LeBron James and the leadership of the Cleveland Cavaliers are at odds over payroll spending.
James and team owner Dan Gilbert have different viewpoints on the issue, and it has been straining the relationship.
When James was considering returning to the Cavs in 2014, he pressed Gilbert on if he’d be willing to spend unconditionally on talent regardless of the luxury-tax cost, sources said. Over the course of several meetings with James and his representatives, Gilbert agreed, and James subsequently signed with the team.
Gilbert paid $82 million in salaries and $7 million in luxury tax in 2014-15. Last season, Gilbert paid $107 million in salaries and $54 million in luxury tax. Currently, the Cavs are committed to $127.6 million and $27 million in luxury taxes for this season. The team has spent more than any other NBA team over the three-year span.
James has been frustrated by how the Cavaliers have slowed new spending this season after winning their first title.
Earlier this week, James may have been referring to the team’s recent money decisions when he said: “I just hope that we’re not satisfied as an organization.”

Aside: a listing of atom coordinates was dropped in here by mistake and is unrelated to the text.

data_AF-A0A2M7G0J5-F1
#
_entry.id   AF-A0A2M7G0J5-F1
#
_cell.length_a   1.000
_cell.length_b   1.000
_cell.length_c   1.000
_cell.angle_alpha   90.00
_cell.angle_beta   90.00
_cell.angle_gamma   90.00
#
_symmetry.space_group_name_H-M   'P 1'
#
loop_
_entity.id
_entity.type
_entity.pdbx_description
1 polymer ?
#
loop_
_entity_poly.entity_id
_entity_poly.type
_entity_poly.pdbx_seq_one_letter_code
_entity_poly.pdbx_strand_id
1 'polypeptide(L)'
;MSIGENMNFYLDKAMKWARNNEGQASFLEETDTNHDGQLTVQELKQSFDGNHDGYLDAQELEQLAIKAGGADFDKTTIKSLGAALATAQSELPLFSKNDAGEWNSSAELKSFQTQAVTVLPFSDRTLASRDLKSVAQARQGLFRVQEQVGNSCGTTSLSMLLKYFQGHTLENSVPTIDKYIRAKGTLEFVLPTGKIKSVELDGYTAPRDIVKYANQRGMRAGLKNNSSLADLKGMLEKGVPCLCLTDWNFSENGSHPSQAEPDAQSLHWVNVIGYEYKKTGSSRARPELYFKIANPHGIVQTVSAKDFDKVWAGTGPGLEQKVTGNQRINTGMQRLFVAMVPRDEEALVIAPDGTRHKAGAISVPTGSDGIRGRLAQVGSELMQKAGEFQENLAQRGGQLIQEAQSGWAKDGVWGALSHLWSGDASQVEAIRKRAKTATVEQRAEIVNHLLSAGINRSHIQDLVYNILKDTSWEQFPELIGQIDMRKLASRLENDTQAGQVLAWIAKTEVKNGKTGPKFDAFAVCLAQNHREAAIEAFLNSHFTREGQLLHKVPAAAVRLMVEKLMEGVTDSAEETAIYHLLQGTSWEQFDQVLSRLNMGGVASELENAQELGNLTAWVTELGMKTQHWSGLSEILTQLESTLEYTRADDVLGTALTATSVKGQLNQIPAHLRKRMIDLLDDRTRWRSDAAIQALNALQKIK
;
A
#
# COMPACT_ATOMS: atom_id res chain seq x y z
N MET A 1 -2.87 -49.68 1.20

James followed that up, saying in a series of tweets that he was not upset at management: “I not mad or upset at management ’cause [general manager David Griffin] and staff have done a great job…I just feel we still need to improve in order to repeat…if that’s what we wanna do.”
The comments angered Gilbert, sources said, because James appeared to imply it was an organizational choice whether to improve or not.
James has been particularly focused on the Cavaliers adding a point guard.
After signing one-year contracts in 2014 and 2015, James signed a two-year, $64 million contract last summer. He holds a player option for $36 million for the 2018-19 season.